Ayyā Medhānandī Bhikkhunī, is the founder and guiding teacher of Sati Sārāņīya Hermitage, a Canadian forest monastery for women in the Theravāda tradition. The daughter of Eastern European refugees who emigrated to Montreal after World War II, she began a spiritual quest in childhood that led her to India, Burma, England, New Zealand, Malaysia, Taiwan, and finally, back to Canada.
In 1988, at the Yangon Mahasi retreat centre in Burma, Ayyā requested ordination as a bhikkhunī from her teacher, the Venerable Sayādaw U Pandita Mahāthera. This was not yet possible for Theravāda Buddhist women. Instead, Sayādaw granted her ordination as a 10 precept nun on condition that she take her vows for life. Thus began her monastic training in the Burmese tradition. When the borders were closed to foreigners by a military coup, in 1990 Sayādaw blessed her to join the Ajahn Chah Thai Forest Saņgha at Amaravati, UK.
After ten years in their siladhāra community, Ayyā felt called to more seclusion and solitude in New Zealand and SE Asia. In 2007, having waited nearly 20 years, she received bhikkhunī ordination at Ling Quan Chan Monastery in Keelung, Taiwan and returned to her native Canada in 2008, on invitation from the Ottawa Buddhist Society and Toronto Theravāda Buddhist Community, to establish Sati Sārāņīya Hermitage.
Walk away from the tigers that have made us run all our lives. Grow, instead, that beautiful space of selfless love deep within. Growth means breaking out of the shell. It hurts. But this is our journey. Trust that it will ripen into greater and greater insight. And in that unfolding, discover when things fall apart, true wisdom arises from the ashes.
With the Buddha as our guide, we walk in his footsteps. If we fall away from the path, we return to it as soon as we can. Just as you steer your car back on the road should it veer off. The mind may be on fire with wanting, fear, grief or anger. Then feel the heat. Know its origin and see its ending – not owning nor feeding it, let it subside. Here and now, awareness and wisdom deepen. We are waking up. And we discover – that true friend resides within our own heart.
Every moment of right mindfulness is a gift of pure attention, clarity and discovering the true origin of our pain. Applying the alchemy of kindness and compassion towards ourselves and others, we break through the veils of delusion to experience a selfless happiness, peace, and wise benevolence. Measureless are these blessings of the Dhamma.
Simplicity is not about wearing one colour, shaving your head or fasting but rather a way of mental fasting. When we choose simplicity, we have time to stop, and to observe and study the mind. We see the extent of our suffering and the origin of it. This is of great value to us. Start simplifying on the outside, then slowly draw inward to see the complex world of our ideas, thoughts, fears, longings, and attachments. Stop defending our vulnerability and investigate it. Make time for what is precious. Simplicity reveals the silence and sameness of life that can help us discover the deepest truth of our conditionality and the way to free ourselves from it. That is our work. No one else can do it for us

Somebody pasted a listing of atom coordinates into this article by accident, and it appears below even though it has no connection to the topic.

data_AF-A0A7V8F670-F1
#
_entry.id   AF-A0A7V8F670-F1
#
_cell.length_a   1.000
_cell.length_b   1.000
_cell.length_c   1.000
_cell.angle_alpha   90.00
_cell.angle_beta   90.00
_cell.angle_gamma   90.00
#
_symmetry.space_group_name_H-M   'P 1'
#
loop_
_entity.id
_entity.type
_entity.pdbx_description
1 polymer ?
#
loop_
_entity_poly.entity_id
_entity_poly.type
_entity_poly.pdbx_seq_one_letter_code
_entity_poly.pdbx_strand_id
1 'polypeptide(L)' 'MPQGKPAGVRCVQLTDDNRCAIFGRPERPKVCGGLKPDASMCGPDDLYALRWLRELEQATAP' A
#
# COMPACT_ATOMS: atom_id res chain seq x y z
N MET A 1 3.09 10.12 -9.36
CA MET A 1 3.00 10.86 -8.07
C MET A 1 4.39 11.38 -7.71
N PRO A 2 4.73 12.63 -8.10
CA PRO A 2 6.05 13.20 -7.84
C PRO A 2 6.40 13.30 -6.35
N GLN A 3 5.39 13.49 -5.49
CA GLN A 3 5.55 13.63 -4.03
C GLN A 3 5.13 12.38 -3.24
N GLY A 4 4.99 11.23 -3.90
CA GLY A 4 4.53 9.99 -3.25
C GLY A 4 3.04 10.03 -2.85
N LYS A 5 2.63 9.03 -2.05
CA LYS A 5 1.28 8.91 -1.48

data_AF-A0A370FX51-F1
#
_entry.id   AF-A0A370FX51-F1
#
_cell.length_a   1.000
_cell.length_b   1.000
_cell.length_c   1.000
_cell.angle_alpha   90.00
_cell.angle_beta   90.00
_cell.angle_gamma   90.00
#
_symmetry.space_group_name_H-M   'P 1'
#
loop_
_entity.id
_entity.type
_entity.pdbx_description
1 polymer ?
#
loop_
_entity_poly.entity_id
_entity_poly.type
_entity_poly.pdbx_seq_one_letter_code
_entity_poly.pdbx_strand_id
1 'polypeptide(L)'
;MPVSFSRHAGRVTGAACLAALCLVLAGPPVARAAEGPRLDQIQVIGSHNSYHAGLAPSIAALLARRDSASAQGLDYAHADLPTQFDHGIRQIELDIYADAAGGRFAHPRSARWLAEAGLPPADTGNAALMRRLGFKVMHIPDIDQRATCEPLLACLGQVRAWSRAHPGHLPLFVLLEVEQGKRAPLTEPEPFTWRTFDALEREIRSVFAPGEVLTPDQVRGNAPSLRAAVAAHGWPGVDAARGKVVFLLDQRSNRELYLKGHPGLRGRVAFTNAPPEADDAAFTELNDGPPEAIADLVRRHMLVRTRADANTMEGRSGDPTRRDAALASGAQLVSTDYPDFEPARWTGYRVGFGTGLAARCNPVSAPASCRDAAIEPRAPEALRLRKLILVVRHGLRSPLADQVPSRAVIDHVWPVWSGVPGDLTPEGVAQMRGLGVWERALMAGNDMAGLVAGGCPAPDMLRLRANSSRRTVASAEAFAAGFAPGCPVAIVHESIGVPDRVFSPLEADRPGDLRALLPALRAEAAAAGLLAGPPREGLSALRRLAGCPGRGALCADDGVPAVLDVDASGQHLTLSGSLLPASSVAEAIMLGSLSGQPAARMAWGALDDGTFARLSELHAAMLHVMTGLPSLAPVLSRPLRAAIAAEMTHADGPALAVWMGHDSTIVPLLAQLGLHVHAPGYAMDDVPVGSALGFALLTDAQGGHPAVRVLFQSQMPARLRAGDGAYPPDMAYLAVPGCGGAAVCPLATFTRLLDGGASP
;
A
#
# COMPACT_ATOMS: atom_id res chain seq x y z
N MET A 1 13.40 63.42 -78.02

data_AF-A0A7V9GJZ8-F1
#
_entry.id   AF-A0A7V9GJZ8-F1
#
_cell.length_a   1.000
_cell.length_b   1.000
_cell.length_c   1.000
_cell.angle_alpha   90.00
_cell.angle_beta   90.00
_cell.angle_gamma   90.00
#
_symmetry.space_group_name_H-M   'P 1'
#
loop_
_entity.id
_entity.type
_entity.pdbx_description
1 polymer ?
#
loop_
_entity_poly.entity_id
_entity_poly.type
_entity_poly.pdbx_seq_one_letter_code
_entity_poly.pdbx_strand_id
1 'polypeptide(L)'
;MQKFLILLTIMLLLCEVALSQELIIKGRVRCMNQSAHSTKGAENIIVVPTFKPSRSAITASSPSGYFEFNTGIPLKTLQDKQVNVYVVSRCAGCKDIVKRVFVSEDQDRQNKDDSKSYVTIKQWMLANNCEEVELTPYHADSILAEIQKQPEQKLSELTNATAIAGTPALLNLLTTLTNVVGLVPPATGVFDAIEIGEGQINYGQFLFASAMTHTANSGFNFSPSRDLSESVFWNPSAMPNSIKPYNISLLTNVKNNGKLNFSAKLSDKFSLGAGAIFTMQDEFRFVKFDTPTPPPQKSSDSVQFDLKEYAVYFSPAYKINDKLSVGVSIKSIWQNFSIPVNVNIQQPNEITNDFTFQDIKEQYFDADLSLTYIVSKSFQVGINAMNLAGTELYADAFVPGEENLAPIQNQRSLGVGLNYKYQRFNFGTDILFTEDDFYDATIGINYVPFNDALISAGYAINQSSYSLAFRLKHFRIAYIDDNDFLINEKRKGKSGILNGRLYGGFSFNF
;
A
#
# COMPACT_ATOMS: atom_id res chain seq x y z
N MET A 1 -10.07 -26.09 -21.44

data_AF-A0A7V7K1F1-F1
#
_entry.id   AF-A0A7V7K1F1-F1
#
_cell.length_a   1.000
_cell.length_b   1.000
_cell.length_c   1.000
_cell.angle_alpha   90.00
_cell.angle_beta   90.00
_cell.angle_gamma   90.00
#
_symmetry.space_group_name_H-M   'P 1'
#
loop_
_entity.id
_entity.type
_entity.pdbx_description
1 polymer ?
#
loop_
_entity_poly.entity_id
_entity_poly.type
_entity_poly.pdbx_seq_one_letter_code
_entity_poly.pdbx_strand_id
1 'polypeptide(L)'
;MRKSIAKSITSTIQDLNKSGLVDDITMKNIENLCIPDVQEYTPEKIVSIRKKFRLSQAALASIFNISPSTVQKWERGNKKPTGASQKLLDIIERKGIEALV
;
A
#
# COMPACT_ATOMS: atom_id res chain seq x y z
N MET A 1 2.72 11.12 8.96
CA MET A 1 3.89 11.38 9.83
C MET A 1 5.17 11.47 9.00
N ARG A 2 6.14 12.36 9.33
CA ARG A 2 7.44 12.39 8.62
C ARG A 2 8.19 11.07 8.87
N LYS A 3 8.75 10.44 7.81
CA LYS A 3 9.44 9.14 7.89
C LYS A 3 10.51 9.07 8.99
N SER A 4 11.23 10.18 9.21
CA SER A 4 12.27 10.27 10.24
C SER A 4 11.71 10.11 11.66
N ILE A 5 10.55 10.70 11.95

How well are we spending our time? Do we endlessly cling to all that perpetuates suffering? Death will have no holiday. So what will free us from the tyranny of death? Be courageous enough to see what gives us true happiness and what brings misery; what is harmful and what is beneficial. Keep the company of those who support our virtues and our best qualities. Stay ‘far from the madding crowd’ and walk the way from blindness to bliss.
A mind weeded of impurities is a field of stillness and wisdom where our suffering melts away. How does this happen? We study the mind and apply four facets of an extraordinary proactive mindfulness: exerted effort, penetrating focus on the object of awareness, heroic diligence, and contemplative devotion. In the silence of the undistracted mind, wisdom and a true and sustainable happiness arise.
In the face of horrific suffering, how can we abide in the ground of love, protected from every kind of pain? True path effort – inspired courage leaning on virtue – ardently works its way into the heart. Through the power of forgiveness, patient enough to love without blame, we touch the fount of compassion itself. We invite the miraculous.
The greatest exploration we can make is turning inward to the space of the heart. Our mission is to understand why we are here on this earth. We may think we know but we can only really know when we enter the sanctuary of this inner space and turn the world off. Then we will surely find the pearl of truth we long for - a universal truth not contrived nor concocted by our ignorant mind – and it gives us a peace and happiness that is unshakeable, incorruptible, and unconditional.
Compassion is our worthy compass. Radiating compassionate empathy towards our own suffering and the suffering of the world, the mind is tranquil, protected from danger, and at peace. We have courage enough to evict fear and take our proper seat in the pure presence of the heart.
One who practices true compassion inwardly as well as to others is praised as a superior person, a spiritual warrior on the path of harmlessness. How do we emulate that? Guided by right intention, we abandon the hindrances of the mind and patiently whittle away our ingrained habit of ego construction. We learn to see wisely and to forgive conditions as we journey to transcendence.